An obvious improvement on this described method would be to draw a larger volume of tibia marrow and concentrate the MSC with centrifugation. Because of the experimental nature of this procedure, I have not yet felt justified to perform multiple tibia cortical punctures in a single encounter, thereby limiting the aspirate volume to 10mL. My rational for not concentrating tibial marrow at this early stage is because of the uncertainty of how centrifugation would affect delivery of MSC. Tibia marrow has a high volume of adipocytes compared to iliac crest and MSC are highly adherent.21 Subsequently, there is potential for the MSC to adhere to the adipocytes and thereby be lost during centrifugation. The adherent nature of MSC presents an additional pitfall: the EZ-IO is designed for rapid delivery of emergency medicines and fluids, not for marrow aspiration, and therefore the needle has only a single, large port. This may disallow for the creation of sufficient negative pressure to pull MSC free from the tissue mass. MSC harvest from the tibia could be improved by the creation of a specialized tibia marrow instrument that is longer to allow for repositioning for multiple aspiration sites with a single cortex puncture and includes a multi-port, fenestrated catheter and a Jamshidi-style needle for bone coring. Above all, laboratory investigation into best-practice tibia marrow MSC preparation is required to determine if tibia marrow aspiration holds promise.
This author seeks to find a safe, simple and affordable method for MSC harvest and presents the concept of tibia marrow collection in its earliest stages in hopes of creating interest among colleagues for collaboration into further investigation. This author welcomes communication from the Prolotherapy and surgical communities.
Please direct communications to firstname.lastname@example.org.
1 Definition of Prolotherapy – www.merriam-wesbter.com.
2 Regenerative Medicine Fact Sheet, Nation Institute for Health, 2006.
3 Crane D, et al. Platelet rich plasma matrix grafts. Practical Pain Management. Volume 8 Issue 1; January/February 2008; pp12-26.
5 Fortier LA, et al. Concentrated bone marrow aspirate improves full-thickness cartilage repair compared with microfracture in the equine model. The Journal of Bone and Joint Surgery (American). 2010;92:1927-1937.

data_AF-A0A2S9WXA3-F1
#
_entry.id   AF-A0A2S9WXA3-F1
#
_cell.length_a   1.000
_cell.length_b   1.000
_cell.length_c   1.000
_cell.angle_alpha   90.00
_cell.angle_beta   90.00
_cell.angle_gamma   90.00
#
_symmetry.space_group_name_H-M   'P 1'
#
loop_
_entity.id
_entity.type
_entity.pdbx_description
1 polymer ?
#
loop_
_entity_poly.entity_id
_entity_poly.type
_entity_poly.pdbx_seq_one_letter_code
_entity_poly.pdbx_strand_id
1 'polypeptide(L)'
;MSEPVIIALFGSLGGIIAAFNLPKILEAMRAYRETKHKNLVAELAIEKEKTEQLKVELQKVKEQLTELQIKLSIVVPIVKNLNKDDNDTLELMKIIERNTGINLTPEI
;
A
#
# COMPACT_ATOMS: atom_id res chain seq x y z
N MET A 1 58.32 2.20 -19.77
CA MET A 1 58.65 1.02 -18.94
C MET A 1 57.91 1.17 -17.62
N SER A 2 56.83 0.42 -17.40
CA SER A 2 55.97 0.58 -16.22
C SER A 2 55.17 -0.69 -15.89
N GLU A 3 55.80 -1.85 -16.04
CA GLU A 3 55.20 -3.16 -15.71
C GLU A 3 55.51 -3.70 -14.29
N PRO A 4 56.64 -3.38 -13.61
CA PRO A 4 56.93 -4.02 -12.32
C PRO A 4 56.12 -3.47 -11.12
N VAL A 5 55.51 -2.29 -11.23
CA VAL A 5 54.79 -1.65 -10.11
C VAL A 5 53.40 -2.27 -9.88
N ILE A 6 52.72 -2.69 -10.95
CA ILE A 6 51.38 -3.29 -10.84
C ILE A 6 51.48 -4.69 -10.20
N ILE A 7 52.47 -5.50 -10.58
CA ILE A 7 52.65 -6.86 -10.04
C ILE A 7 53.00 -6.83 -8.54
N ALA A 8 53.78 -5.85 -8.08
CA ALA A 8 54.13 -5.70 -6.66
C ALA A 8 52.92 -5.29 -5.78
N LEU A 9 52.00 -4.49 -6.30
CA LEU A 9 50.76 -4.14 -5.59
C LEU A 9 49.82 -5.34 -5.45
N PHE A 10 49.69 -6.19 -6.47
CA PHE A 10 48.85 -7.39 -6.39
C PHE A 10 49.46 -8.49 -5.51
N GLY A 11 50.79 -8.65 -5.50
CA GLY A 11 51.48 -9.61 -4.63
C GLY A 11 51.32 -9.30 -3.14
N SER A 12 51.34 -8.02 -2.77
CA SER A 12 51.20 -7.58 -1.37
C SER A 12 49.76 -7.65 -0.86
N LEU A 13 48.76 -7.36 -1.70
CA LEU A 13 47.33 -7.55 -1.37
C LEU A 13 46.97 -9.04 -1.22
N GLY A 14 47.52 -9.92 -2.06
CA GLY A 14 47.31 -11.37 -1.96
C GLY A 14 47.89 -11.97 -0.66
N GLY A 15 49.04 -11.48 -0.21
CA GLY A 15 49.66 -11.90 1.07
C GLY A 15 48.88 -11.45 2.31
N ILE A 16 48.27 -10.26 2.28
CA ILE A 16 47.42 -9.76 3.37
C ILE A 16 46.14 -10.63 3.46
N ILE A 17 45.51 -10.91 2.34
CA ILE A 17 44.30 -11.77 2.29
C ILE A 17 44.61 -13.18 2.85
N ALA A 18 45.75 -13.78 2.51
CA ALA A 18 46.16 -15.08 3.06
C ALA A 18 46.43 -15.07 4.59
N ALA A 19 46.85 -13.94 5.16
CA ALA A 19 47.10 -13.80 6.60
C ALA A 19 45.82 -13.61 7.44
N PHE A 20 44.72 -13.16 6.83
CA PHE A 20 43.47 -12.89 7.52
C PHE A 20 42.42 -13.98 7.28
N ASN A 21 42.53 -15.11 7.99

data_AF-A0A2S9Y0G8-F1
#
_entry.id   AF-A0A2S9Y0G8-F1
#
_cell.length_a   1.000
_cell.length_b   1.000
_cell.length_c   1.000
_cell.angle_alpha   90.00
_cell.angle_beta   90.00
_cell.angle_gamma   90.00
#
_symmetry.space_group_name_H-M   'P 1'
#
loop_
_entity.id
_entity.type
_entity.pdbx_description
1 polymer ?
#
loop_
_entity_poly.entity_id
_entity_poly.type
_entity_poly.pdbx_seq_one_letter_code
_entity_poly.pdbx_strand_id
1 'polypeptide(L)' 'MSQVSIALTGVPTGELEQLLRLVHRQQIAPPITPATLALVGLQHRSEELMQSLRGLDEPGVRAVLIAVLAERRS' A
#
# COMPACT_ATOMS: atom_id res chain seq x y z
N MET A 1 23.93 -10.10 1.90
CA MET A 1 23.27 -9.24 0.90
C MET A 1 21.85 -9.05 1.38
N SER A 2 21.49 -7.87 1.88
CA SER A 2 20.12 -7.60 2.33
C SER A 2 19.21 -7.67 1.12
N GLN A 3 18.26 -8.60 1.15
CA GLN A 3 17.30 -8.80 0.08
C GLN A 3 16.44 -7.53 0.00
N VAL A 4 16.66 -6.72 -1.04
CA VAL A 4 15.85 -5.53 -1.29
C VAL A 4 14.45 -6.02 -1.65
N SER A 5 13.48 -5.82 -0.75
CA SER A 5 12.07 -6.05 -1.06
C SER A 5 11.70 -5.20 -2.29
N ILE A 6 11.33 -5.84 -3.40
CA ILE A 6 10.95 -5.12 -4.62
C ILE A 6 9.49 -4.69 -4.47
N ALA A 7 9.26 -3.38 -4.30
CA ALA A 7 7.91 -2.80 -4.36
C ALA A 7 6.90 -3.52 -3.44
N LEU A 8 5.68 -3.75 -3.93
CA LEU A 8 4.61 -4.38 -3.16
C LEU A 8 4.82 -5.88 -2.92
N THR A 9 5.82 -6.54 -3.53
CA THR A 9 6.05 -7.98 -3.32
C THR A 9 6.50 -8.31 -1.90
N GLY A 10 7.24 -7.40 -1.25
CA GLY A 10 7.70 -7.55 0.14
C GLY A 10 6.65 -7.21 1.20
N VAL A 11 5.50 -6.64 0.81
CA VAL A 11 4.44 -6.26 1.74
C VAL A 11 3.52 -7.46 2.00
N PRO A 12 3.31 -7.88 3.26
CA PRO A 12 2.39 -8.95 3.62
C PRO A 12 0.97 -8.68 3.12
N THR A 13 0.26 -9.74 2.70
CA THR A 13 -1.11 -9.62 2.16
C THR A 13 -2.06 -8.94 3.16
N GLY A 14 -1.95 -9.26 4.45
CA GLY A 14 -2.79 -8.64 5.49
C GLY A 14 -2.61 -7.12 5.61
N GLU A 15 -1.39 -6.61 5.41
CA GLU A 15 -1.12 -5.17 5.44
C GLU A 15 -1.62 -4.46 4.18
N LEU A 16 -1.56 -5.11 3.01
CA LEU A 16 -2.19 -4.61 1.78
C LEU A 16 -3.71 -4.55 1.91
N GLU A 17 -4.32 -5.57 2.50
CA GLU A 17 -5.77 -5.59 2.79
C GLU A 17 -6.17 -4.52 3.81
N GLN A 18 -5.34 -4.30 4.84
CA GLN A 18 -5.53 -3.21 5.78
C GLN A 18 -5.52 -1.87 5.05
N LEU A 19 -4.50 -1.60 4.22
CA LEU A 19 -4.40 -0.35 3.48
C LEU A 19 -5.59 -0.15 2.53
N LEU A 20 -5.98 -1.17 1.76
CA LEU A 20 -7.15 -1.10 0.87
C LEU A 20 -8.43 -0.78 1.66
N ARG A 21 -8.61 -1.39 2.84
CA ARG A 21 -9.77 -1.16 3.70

6 Centeno CJ et al. Increased knee cartilage volume in degenerative joint disease using percutaneously implanted, autologous mesenchymal stem cells. Pain Physician. 2008; 11:3:343-353.
7 Reeves KD, et al. Randomized prospective double-blind placebo-controlled study of dextrose Prolotherapy for knee osteoarthritis with or without ACL laxity. Alt Ther Hlth Med. 2000;6(2):37-46.
8 Reeves KD, et al. Randomized prospective placebo controlled double blind study of dextrose Prolotherapy for osteoarthritic thumbs and finger (DIP, PIP and Trapeziometacarpal) joints: Evidence of Clinical Efficacy. Jnl Alt Compl Med. 2000;6(4):311-320.
9 Kon E, et al. Platelet-rich plasma: intra-articular knee injections produced favorable results on degenerative cartilage lesions. Knee Surg Sports Traumatol Arthrosc. 2010 Apr;18(4):472-479.
10 Centeno CJ, et al. Increased knee cartilage volume in degenerative joint disease using percutaneously implanted, autologous mesenchymal stem cells. Pain Physician. 2008; 11:3:343-353.
11 Foex BA. Discovery of the intraosseous route for fluid administration. J Accid Emerg Med. 2000;17:136.
12 Fiser DH. Intraosseous infusion. N Engl J Med. 1990;322:1579.
13 Paxton JH, et al. Proximal humerus intraosseous infusion: a preferred emergency venous access. J Trauma. Sep 2009;67(3):606-11.
14 Ngo AS, et al. Intraosseous vascular access in adults using the EZ-IO in an emergency department. Int J Emerg Med. 2009;2:155-160.
15 Lopes RV. Accuracy of intra-articular injections in peripheral joints performed blinidly in patients with rheumatoid arthritis. Rheumatology. 2008;47(12):1792-1794.
16 Bogatch MT, et al. Is chemical incompatibility responsible for chondrocyte death induced by local anesthetics? Am J Sports Med. 2010;Mar;38;(3):520-526.
17 Koga H, et al. Local adherent technique for transplanting mesenchymal stem cells as a potential treatment of cartilage defect. Arthritis Res Ther. 2008;10(4):R84.
18 Marx R, et al. 2006 Unpublished data of ten consecutive bone marrow aspirates taken from patients iliac crest and proximal tibia and comparing the nucleated cell count, cell smears and flow cytometry analysis.
19 Schon L, et al. 2007 Unpublished data – Osteoprogenitor cells were more abundant in iliac crest than in the Calcaneus (p 20.
20 Hernigou P, et al. Percutaneous autologous bone-marrow grafting for nonunions. Influence of the number and concentration of progenitor cells. Bone Joint Surg Am. 2005; Jul;87(7):1430-7.
21 Jäger M, et al. Cell therapy in bone-healing disorders. Orthopade. 2010;Apr;39(4):449-462.